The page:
The Serb incursion occurred in a region where no NATO or Albanian forces had been stationed. "Milosevic's forces would find it tough to hold ground in Albania if NATO chose to evict them," says Thompson, "but that would involve messy ground fighting." As diplomatic efforts to resolve the conflict moved into high gear this week, Milosevic appears to be showing NATO that he is capable of acting even crazier than he has done until now.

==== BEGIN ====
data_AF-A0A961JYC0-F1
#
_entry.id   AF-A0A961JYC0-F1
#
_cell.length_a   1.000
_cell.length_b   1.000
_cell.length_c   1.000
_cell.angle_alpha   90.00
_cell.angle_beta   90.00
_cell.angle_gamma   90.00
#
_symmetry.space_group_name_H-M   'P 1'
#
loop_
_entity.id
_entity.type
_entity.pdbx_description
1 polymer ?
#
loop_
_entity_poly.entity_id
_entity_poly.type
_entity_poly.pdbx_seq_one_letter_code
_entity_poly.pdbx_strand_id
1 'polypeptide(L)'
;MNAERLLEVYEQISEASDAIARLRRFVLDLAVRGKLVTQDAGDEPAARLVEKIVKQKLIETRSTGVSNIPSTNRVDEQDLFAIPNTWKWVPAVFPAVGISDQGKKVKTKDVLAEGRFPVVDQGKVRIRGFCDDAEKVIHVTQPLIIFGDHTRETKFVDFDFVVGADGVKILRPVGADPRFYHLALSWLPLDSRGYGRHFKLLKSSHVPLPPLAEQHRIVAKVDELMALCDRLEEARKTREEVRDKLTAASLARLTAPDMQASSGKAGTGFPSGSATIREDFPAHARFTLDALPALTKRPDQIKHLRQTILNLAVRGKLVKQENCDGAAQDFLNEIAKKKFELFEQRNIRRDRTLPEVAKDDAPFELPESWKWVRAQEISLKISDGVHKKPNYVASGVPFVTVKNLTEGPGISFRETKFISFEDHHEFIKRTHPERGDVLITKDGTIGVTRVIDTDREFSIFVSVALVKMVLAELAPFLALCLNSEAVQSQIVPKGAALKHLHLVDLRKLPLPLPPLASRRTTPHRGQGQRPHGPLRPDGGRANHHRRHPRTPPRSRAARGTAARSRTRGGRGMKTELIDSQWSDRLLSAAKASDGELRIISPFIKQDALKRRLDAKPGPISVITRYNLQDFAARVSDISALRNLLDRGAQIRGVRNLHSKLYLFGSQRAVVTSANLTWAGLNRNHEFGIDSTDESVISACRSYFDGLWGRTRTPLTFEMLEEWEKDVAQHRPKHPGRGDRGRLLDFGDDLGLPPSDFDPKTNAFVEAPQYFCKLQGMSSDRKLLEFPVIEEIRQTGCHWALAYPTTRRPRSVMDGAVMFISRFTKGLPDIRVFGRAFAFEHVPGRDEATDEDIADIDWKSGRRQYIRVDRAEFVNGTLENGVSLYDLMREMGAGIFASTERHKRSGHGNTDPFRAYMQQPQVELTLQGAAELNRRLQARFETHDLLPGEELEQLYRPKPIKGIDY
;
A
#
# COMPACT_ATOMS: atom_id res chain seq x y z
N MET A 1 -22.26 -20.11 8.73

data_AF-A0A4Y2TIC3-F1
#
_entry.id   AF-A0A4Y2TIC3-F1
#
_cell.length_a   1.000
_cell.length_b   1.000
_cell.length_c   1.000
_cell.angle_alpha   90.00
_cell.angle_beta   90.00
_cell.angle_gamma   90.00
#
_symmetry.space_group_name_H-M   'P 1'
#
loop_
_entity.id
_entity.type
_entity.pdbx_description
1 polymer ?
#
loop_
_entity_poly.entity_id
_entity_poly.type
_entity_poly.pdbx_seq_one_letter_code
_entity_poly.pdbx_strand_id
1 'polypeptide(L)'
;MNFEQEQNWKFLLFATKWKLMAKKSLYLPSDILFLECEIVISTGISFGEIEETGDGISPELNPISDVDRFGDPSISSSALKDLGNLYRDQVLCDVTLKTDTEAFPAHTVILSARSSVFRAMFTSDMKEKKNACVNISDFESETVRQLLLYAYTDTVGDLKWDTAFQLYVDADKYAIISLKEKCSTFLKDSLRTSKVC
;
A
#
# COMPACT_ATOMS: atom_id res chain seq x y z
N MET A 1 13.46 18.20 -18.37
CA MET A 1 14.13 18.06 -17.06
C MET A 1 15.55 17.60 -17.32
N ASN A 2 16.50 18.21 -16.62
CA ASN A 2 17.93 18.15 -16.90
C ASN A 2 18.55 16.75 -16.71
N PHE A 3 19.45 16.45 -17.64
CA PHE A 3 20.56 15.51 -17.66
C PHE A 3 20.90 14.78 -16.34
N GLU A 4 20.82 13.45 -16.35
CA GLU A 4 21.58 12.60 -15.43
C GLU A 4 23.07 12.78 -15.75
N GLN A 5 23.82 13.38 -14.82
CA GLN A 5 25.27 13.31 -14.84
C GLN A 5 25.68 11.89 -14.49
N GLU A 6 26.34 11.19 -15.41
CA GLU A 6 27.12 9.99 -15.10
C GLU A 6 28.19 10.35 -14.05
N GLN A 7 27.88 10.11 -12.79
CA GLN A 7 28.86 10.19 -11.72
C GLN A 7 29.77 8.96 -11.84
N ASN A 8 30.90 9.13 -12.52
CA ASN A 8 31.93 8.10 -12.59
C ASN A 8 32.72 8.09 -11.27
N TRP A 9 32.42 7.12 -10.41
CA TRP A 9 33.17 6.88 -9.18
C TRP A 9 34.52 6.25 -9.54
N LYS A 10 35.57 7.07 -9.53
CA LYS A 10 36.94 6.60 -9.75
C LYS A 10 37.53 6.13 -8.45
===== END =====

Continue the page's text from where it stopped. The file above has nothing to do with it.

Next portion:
Slobodan Milosevic believes a ground war in Kosovo is NATO's worst fear, and he's amplifying the threat. Serb forces Tuesday crossed the border into Albania, engaged that country's police and seized a border town in a region used as a staging ground by the Kosovo Liberation Army. But before the Albanian military or NATO could respond, the Serbs withdrew. "Milosevic may have been trying to send a message to Albania over its support for the KLA, and to increase fears in NATO that the Kosovo crisis could escalate into a messy ground war," says TIME correspondent William Dowell. "He's signaling that the conflict has the potential to quickly spiral out of control." Although NATO remains opposed to committing ground troops, if Milosevic escalated the conflict by attacking his neighbors, "NATO would be unlikely to simply stand by and watch," says TIME Pentagon correspondent Mark Thompson.